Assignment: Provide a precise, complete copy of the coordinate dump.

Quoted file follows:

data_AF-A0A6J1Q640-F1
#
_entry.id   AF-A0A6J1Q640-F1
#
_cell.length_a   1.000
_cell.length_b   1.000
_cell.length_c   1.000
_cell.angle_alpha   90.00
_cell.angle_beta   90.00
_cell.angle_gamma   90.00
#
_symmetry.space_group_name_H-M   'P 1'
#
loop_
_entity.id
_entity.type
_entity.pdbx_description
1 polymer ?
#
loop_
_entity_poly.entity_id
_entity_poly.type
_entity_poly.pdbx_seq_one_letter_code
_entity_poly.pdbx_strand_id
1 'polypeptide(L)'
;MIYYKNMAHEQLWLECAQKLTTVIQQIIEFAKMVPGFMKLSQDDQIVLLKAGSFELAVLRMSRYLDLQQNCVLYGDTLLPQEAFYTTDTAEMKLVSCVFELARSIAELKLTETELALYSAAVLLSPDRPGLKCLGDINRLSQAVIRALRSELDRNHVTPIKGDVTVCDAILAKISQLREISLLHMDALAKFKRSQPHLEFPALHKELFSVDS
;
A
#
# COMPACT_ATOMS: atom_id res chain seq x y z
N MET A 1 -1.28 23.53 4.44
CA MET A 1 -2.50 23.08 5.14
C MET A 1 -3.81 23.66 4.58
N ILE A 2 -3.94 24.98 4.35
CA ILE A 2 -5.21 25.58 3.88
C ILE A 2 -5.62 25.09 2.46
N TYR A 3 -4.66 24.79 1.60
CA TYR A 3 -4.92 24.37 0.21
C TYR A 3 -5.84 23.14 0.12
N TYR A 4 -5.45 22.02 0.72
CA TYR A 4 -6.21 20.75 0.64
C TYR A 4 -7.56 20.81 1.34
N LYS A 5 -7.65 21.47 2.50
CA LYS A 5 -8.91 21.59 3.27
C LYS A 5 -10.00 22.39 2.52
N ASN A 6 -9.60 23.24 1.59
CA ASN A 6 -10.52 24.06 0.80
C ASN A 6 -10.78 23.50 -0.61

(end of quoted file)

data_AF-A0A6J1Q640-F1
#
_entry.id   AF-A0A6J1Q640-F1
#
_cell.length_a   1.000
_cell.length_b   1.000
_cell.length_c   1.000
_cell.angle_alpha   90.00
_cell.angle_beta   90.00
_cell.angle_gamma   90.00
#
_symmetry.space_group_name_H-M   'P 1'
#
loop_
_entity.id
_entity.type
_entity.pdbx_description
1 polymer ?
#
loop_
_entity_poly.entity_id
_entity_poly.type
_entity_poly.pdbx_seq_one_letter_code
_entity_poly.pdbx_strand_id
1 'polypeptide(L)'
;MIYYKNMAHEQLWLECAQKLTTVIQQIIEFAKMVPGFMKLSQDDQIVLLKAGSFELAVLRMSRYLDLQQNCVLYGDTLLPQEAFYTTDTAEMKLVSCVFELARSIAELKLTETELALYSAAVLLSPDRPGLKCLGDINRLSQAVIRALRSELDRNHVTPIKGDVTVCDAILAKISQLREISLLHMDALAKFKRSQPHLEFPALHKELFSVDS
;
A
#
# COMPACT_ATOMS: atom_id res chain seq x y z
N MET A 1 -1.28 23.53 4.44
CA MET A 1 -2.50 23.08 5.14
C MET A 1 -3.81 23.66 4.58
N ILE A 2 -3.94 24.98 4.35
CA ILE A 2 -5.21 25.58 3.88
C ILE A 2 -5.62 25.09 2.46
N TYR A 3 -4.66 24.79 1.60
CA TYR A 3 -4.92 24.37 0.21
C TYR A 3 -5.84 23.14 0.12
N TYR A 4 -5.45 22.02 0.72
CA TYR A 4 -6.21 20.75 0.64
C TYR A 4 -7.56 20.81 1.34
N LYS A 5 -7.65 21.47 2.50
CA LYS A 5 -8.91 21.59 3.27
C LYS A 5 -10.00 22.39 2.52
N ASN A 6 -9.60 23.24 1.59
CA ASN A 6 -10.52 24.06 0.80
C ASN A 6 -10.78 23.50 -0.61